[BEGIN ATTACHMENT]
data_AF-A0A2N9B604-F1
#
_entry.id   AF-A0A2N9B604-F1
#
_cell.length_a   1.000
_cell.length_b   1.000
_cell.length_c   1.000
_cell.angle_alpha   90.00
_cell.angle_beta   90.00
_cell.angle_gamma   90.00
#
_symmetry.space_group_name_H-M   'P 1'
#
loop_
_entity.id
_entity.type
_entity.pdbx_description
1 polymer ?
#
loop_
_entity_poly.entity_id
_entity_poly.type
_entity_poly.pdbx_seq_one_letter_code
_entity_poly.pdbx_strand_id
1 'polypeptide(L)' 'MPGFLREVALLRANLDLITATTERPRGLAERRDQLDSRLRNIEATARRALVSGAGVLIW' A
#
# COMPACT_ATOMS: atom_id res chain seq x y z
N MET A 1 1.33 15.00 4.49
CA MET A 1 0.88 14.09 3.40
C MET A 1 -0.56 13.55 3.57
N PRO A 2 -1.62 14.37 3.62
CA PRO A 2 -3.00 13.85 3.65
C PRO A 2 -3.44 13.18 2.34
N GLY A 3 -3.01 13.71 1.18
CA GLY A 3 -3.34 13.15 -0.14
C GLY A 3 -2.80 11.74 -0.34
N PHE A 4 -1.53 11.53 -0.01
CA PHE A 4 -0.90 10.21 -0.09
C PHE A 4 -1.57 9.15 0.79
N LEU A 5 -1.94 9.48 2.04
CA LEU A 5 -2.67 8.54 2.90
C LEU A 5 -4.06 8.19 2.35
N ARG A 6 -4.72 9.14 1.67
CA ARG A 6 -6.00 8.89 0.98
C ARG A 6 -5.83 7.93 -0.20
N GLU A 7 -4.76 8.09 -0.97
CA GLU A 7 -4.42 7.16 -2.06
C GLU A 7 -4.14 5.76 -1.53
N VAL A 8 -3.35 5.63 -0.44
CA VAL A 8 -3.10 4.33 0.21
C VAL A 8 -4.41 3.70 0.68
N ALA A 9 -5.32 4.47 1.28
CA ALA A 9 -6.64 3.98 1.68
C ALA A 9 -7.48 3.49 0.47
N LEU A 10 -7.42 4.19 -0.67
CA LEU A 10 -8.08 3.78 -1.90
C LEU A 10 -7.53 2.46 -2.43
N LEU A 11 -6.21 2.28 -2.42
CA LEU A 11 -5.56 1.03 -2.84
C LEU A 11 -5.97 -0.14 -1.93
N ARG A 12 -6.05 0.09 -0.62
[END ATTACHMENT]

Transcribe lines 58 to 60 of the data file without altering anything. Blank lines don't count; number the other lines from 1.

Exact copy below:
N LEU A 11 -6.21 2.28 -2.42
CA LEU A 11 -5.56 1.03 -2.84
C LEU A 11 -5.97 -0.14 -1.93